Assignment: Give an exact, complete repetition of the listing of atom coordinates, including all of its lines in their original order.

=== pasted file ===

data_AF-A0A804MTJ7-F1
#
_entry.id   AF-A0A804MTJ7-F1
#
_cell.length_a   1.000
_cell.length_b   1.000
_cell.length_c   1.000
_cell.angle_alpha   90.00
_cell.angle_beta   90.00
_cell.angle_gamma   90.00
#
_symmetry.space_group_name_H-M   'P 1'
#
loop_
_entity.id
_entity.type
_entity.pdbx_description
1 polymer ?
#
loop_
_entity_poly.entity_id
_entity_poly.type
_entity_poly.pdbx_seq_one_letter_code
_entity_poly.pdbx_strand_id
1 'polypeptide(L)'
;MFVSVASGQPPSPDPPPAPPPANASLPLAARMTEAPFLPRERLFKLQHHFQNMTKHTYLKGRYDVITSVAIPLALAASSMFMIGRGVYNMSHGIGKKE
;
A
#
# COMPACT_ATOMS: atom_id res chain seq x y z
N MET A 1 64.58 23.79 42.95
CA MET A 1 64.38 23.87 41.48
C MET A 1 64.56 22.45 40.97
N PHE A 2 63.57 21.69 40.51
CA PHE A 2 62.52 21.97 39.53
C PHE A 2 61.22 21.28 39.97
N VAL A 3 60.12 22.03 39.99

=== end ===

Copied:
data_AF-A0A804MTJ7-F1
#
_entry.id   AF-A0A804MTJ7-F1
#
_cell.length_a   1.000
_cell.length_b   1.000
_cell.length_c   1.000
_cell.angle_alpha   90.00
_cell.angle_beta   90.00
_cell.angle_gamma   90.00
#
_symmetry.space_group_name_H-M   'P 1'
#
loop_
_entity.id
_entity.type
_entity.pdbx_description
1 polymer ?
#
loop_
_entity_poly.entity_id
_entity_poly.type
_entity_poly.pdbx_seq_one_letter_code
_entity_poly.pdbx_strand_id
1 'polypeptide(L)'
;MFVSVASGQPPSPDPPPAPPPANASLPLAARMTEAPFLPRERLFKLQHHFQNMTKHTYLKGRYDVITSVAIPLALAASSMFMIGRGVYNMSHGIGKKE
;
A
#
# COMPACT_ATOMS: atom_id res chain seq x y z
N MET A 1 64.58 23.79 42.95
CA MET A 1 64.38 23.87 41.48
C MET A 1 64.56 22.45 40.97
N PHE A 2 63.57 21.69 40.51
CA PHE A 2 62.52 21.97 39.53
C PHE A 2 61.22 21.28 39.97
N VAL A 3 60.12 22.03 39.99